End of the age of stability

The resignation of the ECB’s chief economist, Juergen Stark, accelerates a trend that the Germans do not want to fess up to, writes the Frankfurter Allgemeine Zeitung: The end of the policy of stability at any cost to avoid state bankruptcy.

Published on 12 September 2011 at 14:51

Institutions are sluggish creatures. They live by a schedule of habitual, well-worn procedures, which does indeed give rise to some confidence in what comes out at the end of the day. Loathing uncertainty, institutions find it tough to keep up with a changing environment. In most cases, changes spur debates about the meaning of the institutions. What are they actually supposed to be doing? This question was also posed by Juergen Stark, who resigned on Friday as chief economist of the European Central Bank (ECB).

The ECB has always been considered a legitimate child of the Bundesbank, dedicated solely to the stability of the currency. What Stark believes will happen if the central bank goes in for buying government bonds from highly indebted countries in a big way is clear. His contrarian stance he sets out as follows: “In the current environment one can assume that positive effects on confidence due to sound fiscal policy are considerable, and this is backed up by case studies that show that ambitious adjustment programmes are, after a short time, associated with positive effects on growth.” By “sound fiscal policy” and “ambitious adjustment programmes” Stark means “to save”, and nothing else.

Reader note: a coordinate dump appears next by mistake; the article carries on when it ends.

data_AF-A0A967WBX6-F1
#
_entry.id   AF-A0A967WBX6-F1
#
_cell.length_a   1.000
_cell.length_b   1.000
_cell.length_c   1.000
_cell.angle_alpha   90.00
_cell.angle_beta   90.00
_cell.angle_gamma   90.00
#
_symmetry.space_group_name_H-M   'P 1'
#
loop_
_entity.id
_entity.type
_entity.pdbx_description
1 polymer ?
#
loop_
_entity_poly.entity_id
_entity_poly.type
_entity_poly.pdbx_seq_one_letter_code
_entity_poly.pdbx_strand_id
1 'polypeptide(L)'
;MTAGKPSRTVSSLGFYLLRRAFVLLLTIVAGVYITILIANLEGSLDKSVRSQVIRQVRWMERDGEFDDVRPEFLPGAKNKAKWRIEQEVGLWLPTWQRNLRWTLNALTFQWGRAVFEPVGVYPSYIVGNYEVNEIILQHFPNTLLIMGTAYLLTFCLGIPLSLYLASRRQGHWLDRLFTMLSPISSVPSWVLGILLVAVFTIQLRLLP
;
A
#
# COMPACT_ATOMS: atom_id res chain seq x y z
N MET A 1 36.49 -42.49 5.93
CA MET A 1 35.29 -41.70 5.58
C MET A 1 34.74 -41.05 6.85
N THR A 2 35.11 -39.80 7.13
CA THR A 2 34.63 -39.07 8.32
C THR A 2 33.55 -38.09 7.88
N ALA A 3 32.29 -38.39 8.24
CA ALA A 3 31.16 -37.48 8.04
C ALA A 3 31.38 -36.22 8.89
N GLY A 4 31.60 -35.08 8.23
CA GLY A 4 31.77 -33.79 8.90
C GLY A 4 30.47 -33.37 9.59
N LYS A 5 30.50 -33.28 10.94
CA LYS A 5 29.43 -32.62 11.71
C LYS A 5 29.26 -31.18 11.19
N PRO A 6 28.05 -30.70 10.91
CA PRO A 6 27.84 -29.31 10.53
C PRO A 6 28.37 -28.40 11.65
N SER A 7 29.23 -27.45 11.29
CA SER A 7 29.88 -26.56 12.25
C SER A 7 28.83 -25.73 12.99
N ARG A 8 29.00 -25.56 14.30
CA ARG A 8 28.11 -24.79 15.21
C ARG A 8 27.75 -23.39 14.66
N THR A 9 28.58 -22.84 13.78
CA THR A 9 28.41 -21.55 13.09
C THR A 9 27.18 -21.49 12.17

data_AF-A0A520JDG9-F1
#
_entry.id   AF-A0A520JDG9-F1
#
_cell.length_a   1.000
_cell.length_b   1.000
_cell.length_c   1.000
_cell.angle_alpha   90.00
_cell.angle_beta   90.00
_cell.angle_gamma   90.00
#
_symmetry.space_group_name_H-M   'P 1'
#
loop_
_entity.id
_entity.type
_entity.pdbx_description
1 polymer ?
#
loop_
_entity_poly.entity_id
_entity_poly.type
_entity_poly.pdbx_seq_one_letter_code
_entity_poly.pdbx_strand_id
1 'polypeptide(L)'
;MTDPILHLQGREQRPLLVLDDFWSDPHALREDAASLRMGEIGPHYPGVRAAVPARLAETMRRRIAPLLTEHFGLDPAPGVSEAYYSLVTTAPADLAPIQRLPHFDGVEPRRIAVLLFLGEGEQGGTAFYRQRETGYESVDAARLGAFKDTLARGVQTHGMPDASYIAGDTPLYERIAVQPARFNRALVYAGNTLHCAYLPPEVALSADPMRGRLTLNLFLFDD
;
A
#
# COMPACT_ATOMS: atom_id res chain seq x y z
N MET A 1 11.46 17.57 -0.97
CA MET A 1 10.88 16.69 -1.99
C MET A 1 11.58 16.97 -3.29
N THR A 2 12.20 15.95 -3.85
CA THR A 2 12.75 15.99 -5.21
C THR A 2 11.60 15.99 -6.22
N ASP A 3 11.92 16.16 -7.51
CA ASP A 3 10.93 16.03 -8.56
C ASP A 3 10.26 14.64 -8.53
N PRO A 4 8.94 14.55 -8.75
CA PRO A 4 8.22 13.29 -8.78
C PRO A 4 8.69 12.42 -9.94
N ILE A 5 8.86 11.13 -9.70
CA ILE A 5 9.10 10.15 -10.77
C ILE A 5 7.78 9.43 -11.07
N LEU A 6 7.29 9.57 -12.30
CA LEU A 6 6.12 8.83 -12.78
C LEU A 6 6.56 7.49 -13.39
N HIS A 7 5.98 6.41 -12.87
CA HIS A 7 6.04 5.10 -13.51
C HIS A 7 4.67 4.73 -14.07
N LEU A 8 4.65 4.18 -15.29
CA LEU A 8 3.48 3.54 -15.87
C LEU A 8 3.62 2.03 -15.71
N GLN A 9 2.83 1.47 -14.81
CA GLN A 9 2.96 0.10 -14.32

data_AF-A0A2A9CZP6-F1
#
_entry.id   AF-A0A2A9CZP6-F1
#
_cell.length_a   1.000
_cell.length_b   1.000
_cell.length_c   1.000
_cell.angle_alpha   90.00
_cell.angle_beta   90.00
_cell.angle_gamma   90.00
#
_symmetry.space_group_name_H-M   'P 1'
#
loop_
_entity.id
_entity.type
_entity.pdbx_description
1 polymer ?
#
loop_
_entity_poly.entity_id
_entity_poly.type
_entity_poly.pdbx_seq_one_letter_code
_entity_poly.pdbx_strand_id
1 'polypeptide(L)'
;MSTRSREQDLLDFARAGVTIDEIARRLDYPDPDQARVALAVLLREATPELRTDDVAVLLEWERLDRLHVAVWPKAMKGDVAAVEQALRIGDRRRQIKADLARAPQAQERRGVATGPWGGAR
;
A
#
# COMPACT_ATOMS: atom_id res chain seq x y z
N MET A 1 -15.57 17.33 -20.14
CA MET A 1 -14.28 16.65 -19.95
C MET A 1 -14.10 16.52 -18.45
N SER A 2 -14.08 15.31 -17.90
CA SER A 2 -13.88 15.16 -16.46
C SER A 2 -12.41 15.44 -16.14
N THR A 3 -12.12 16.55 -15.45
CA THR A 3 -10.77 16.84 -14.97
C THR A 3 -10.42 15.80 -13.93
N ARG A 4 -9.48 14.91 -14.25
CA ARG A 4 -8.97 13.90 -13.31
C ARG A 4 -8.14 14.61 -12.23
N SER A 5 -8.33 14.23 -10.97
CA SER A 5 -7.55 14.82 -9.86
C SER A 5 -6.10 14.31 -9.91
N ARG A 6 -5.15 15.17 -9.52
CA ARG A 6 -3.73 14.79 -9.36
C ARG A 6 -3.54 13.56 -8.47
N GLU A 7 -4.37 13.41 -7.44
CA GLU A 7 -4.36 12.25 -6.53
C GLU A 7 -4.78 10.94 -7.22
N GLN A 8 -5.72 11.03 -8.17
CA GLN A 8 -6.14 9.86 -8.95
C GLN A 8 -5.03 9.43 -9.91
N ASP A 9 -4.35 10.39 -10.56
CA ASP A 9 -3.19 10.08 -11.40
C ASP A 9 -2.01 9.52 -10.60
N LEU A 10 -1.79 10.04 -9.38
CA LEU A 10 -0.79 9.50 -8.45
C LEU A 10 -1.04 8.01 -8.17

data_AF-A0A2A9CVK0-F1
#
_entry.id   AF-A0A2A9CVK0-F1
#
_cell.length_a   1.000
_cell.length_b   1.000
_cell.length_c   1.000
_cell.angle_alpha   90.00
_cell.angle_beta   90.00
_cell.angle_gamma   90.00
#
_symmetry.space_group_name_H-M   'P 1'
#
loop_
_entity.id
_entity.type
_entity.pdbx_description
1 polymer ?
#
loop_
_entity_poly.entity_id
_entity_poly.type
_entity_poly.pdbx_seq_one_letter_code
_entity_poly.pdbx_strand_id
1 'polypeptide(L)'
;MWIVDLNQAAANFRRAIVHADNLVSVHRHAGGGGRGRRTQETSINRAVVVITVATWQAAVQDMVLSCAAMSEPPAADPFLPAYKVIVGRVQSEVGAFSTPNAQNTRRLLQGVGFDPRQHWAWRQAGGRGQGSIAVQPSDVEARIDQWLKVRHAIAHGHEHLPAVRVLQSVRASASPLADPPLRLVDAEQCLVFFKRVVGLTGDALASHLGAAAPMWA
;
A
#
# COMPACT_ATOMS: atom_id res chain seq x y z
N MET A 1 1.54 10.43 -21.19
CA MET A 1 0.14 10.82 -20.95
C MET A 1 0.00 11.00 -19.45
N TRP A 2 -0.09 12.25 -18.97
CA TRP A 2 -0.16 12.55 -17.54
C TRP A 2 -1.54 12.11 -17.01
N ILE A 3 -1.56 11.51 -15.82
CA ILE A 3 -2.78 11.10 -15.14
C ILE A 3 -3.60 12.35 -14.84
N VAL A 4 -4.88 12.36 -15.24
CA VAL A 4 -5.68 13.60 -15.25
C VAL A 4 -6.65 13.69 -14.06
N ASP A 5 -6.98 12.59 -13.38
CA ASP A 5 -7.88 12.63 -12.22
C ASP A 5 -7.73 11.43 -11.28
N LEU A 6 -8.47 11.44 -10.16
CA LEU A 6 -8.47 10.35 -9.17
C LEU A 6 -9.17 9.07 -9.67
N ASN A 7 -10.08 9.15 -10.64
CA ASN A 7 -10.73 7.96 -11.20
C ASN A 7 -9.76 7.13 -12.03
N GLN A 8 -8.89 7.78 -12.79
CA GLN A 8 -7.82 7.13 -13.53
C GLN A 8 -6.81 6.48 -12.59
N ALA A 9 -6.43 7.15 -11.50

Translated from the German by Anton Baer

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Germany

Karslruhe may have killed eurobonds

It has been largely ignored by commentators, but last week’s ruling by the German Constitutional Court mays have closed the door to the idea of eurobonds as a solution to the European debt crisis.

“The court’s verdict leaves me no alternative but to conclude they are indeed unconstitutional”, points out Wolfgang Munchau in the Financial Times. The Karlsruhe judges, notes the columnist, stated that “the German government must not accept permanent mechanisms – as opposed to the EFSF (the European Financial Stability Facility), which is temporary – with the following criteria: if they involve a permanent liability to other countries; if these liabilities are very large or incalculable; and if foreign governments, through their actions, can trigger the payment of the guarantees.”

“A eurobond is, of course, a permanent mechanism. It also involves a permanent loss of control. Its size is very likely to be substantial”, observes Munchau and that is why, event if German officials are starting to open to the idea of eurobonds, they may not be able to allow their creation.

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